Every year on February 6th, New Zealand remembers the signature of the Waitangi treaty in 1840. Over 500 Mori chiefs and officials of the British Crown signed what is often regarded as New Zealand’s founding document in that year.
The day was initially honored in 1934, and since 1974, it has been a national holiday. Waitangi Day 2023 is a festival for some, but it is also a time for many people, particularly Mori, to reflect on the Treaty.
The increasingly intense discussion over the Treaty’s status in modern New Zealand has shaped the form and spirit of Waitangi Day commemorations since the 1970s. Although Waitangi Day is celebrated as New Zealand’s national day, the long-standing conflicts around it are certain to resurface in some form or another.
The date is noteworthy in the country’s past. The Treaty of Waitangi’s importance as the nation’s foundational document will continue to inspire leaders, communities, and individuals to commemorate the day in fresh ways.
Waitangi Day history:
The Treaty of Waitangi incorporated New Zealand into the British Empire, secured Mori land rights, and granted Mori citizens’ rights.
The treaty was signed in Waitangi, a town in the Bay of Islands, between a group of Maori chiefs and the British government, represented by Lieutenant-Governor Hobson.
In February 1840, Ngpuhi convened around 10,000 Mori at Te Tii marae to discuss the treaty for many days.
On February 6th, over 40 Mori rangatira (chiefs) and British Crown terms of engaging Te Tiriti o Waitangi beside British Government Representative James Busby’s home on the Waitangi grounds.
The inaugural Waitangi Day:
The 506-hectare Waitangi Estate was bought by Lord and Lady Bledisloe in 1932 and later given to the people of New Zealand.
The estate was placed in trust and will be maintained by the Waitangi National Trust Board, which is comprised of representatives from all of New Zealand’s major regions as well as members of several families with historical ties to the Treaty of Waitangi. Many Mori had been wanting a commitment for decades, and this gift provided it.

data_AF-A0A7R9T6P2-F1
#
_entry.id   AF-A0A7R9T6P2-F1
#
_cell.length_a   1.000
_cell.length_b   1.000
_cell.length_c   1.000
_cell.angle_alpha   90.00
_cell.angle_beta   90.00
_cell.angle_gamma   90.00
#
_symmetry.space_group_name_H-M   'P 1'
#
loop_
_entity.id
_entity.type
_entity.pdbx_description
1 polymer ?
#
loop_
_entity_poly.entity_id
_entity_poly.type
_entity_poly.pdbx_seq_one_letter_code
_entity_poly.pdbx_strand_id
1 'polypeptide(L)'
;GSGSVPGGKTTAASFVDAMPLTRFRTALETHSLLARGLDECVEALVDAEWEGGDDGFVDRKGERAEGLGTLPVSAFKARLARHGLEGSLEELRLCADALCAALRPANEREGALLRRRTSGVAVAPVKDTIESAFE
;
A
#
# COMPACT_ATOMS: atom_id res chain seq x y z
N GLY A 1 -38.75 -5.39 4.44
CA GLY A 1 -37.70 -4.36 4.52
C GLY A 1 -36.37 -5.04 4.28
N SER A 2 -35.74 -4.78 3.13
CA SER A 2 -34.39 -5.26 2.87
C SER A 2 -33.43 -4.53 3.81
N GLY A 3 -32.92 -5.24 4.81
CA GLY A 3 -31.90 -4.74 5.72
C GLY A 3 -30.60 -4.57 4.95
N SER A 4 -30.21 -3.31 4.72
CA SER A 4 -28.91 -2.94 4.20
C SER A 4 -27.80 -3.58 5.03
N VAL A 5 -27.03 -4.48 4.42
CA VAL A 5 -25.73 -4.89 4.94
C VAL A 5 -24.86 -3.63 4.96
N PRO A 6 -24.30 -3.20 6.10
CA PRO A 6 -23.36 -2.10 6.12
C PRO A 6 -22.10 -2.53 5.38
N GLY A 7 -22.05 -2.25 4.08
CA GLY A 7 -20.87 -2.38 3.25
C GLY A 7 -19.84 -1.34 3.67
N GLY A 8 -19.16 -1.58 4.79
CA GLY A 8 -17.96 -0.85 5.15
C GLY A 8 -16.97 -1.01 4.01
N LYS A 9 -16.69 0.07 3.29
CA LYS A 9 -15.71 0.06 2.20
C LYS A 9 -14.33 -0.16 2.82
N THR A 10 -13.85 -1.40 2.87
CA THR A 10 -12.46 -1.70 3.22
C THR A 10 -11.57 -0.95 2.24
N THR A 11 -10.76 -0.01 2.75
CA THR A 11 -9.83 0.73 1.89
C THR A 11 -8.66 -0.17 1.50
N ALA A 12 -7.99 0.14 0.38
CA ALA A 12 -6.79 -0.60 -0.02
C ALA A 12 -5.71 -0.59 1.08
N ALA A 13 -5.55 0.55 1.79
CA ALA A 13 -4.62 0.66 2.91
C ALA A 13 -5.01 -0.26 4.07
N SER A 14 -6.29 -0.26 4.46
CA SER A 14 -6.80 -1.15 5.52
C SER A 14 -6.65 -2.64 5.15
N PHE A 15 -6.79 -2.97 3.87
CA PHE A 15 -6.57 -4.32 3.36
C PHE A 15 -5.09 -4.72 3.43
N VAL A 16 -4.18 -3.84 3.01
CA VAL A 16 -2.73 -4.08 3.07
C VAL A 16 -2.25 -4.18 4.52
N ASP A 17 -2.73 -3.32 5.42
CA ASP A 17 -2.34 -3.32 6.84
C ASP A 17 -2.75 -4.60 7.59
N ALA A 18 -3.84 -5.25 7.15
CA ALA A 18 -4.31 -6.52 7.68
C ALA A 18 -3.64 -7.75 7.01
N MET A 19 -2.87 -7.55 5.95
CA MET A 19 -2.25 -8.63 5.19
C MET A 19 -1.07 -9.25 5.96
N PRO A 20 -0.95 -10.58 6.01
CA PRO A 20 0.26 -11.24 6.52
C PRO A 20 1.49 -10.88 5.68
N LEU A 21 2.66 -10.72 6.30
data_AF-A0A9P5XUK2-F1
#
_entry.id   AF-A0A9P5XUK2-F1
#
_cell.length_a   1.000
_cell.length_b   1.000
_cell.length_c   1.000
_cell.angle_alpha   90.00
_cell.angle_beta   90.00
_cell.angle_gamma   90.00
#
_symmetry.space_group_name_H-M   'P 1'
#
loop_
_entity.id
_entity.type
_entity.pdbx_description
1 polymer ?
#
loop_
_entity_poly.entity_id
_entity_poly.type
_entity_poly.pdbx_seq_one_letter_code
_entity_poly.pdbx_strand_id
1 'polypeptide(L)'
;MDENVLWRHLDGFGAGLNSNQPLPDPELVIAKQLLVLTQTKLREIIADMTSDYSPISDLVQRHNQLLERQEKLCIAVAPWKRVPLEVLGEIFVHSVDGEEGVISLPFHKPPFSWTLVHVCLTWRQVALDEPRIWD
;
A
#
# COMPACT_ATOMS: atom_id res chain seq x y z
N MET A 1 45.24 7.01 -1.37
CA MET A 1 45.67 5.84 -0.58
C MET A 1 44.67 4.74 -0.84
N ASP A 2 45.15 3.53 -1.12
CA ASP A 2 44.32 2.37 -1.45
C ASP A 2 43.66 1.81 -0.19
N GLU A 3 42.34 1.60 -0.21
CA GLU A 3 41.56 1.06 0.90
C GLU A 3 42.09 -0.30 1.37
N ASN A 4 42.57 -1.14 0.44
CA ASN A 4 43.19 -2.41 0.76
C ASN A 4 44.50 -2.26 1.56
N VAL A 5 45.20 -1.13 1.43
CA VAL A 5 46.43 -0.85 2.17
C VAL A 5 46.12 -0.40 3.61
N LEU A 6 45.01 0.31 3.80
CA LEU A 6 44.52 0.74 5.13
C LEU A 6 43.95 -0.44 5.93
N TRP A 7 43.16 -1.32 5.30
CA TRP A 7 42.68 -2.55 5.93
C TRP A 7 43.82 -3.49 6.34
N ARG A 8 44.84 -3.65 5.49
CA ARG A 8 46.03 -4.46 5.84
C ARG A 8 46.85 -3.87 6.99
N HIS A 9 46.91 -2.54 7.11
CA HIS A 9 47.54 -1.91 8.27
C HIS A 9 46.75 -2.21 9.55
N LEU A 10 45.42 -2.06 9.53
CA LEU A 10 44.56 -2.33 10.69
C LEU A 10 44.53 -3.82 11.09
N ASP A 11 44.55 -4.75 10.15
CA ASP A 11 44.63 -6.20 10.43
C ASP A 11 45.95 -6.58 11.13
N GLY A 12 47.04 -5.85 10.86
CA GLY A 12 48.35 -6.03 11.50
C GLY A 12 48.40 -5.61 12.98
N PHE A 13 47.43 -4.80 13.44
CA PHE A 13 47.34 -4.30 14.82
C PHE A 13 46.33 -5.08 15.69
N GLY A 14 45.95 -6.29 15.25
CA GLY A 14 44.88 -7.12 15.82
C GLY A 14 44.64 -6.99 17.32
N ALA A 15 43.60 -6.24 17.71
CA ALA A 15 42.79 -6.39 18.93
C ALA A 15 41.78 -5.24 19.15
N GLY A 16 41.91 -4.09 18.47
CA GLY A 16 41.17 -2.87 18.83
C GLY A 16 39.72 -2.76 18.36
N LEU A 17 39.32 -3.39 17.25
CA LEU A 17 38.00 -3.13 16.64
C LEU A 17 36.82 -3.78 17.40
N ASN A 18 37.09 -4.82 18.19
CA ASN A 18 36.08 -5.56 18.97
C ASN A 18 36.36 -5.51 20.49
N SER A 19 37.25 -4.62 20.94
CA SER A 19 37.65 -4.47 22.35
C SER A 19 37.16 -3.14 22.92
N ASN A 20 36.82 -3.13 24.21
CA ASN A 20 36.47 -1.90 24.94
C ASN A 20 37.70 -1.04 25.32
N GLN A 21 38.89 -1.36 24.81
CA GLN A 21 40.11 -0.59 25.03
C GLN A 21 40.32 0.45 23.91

Waitangi Day 2023 #googledoodle:
This day in 1840, Mori chiefs & English Crown representatives signed the Te Tiriti o Waitangi, an agreement aimed to bringing Aotearoa New Zealand closer together. Today’s Doodle honours the historic Treaty of Waitangi, which is now honoured annually as Waitangi Day.
The Mori tribes contributed their special carving abilities to the construction of Te Whare Rnanga (the House of Assembly), the meeting house seen in today’s Doodle artwork, on the 100th anniversary of the treaty’s signing.
The Whare design’s distinctive carvings and complex tukutuku panels represent Mori throughout Aotearoa, bringing together the narratives and styles of all Iwi (tribes), displaying the one exhibition of Mori art as well as an illustration of Mori social and cultural life.
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Te Whare Rnanga, now regarded as one of the nation’s most significant cultural heritage places, serves as a gathering place for major hui (meetings) and signifies the union of Mori and all New Zealanders.
A ceremony within Te Whare Rnanga today marks the start of New Zealand’s annual Waitangi Festival, a lively event that includes Mori cultural performances and more.
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